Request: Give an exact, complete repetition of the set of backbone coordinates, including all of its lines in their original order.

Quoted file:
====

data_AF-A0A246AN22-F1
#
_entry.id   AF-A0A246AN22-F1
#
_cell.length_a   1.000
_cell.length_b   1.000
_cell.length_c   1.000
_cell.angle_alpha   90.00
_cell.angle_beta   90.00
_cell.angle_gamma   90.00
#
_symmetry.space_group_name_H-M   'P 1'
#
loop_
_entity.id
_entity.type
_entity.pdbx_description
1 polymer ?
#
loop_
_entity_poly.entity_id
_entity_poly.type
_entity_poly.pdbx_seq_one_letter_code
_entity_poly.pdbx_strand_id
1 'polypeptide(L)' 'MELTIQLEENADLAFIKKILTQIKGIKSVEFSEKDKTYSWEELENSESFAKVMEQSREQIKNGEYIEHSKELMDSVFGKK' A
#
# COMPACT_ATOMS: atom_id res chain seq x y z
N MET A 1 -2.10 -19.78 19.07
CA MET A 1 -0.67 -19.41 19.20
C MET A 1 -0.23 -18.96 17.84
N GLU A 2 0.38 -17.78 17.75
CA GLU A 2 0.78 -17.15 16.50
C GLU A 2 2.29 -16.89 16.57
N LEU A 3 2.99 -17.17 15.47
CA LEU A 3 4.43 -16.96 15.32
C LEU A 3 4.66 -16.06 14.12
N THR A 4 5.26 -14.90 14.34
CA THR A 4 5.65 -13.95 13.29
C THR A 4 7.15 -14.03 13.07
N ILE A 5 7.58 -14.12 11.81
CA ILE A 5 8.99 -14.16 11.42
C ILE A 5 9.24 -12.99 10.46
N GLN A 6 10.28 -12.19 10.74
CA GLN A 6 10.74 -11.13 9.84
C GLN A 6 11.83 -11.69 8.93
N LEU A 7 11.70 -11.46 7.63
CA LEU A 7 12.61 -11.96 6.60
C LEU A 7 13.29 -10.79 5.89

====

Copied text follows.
data_AF-A0A246AN22-F1
#
_entry.id   AF-A0A246AN22-F1
#
_cell.length_a   1.000
_cell.length_b   1.000
_cell.length_c   1.000
_cell.angle_alpha   90.00
_cell.angle_beta   90.00
_cell.angle_gamma   90.00
#
_symmetry.space_group_name_H-M   'P 1'
#
loop_
_entity.id
_entity.type
_entity.pdbx_description
1 polymer ?
#
loop_
_entity_poly.entity_id
_entity_poly.type
_entity_poly.pdbx_seq_one_letter_code
_entity_poly.pdbx_strand_id
1 'polypeptide(L)' 'MELTIQLEENADLAFIKKILTQIKGIKSVEFSEKDKTYSWEELENSESFAKVMEQSREQIKNGEYIEHSKELMDSVFGKK' A
#
# COMPACT_ATOMS: atom_id res chain seq x y z
N MET A 1 -2.10 -19.78 19.07
CA MET A 1 -0.67 -19.41 19.20
C MET A 1 -0.23 -18.96 17.84
N GLU A 2 0.38 -17.78 17.75
CA GLU A 2 0.78 -17.15 16.50
C GLU A 2 2.29 -16.89 16.57
N LEU A 3 2.99 -17.17 15.47
CA LEU A 3 4.43 -16.96 15.32
C LEU A 3 4.66 -16.06 14.12
N THR A 4 5.26 -14.90 14.34
CA THR A 4 5.65 -13.95 13.29
C THR A 4 7.15 -14.03 13.07
N ILE A 5 7.58 -14.12 11.81
CA ILE A 5 8.99 -14.16 11.42
C ILE A 5 9.24 -12.99 10.46
N GLN A 6 10.28 -12.19 10.74
CA GLN A 6 10.74 -11.13 9.84
C GLN A 6 11.83 -11.69 8.93
N LEU A 7 11.70 -11.46 7.63
CA LEU A 7 12.61 -11.96 6.60
C LEU A 7 13.29 -10.79 5.89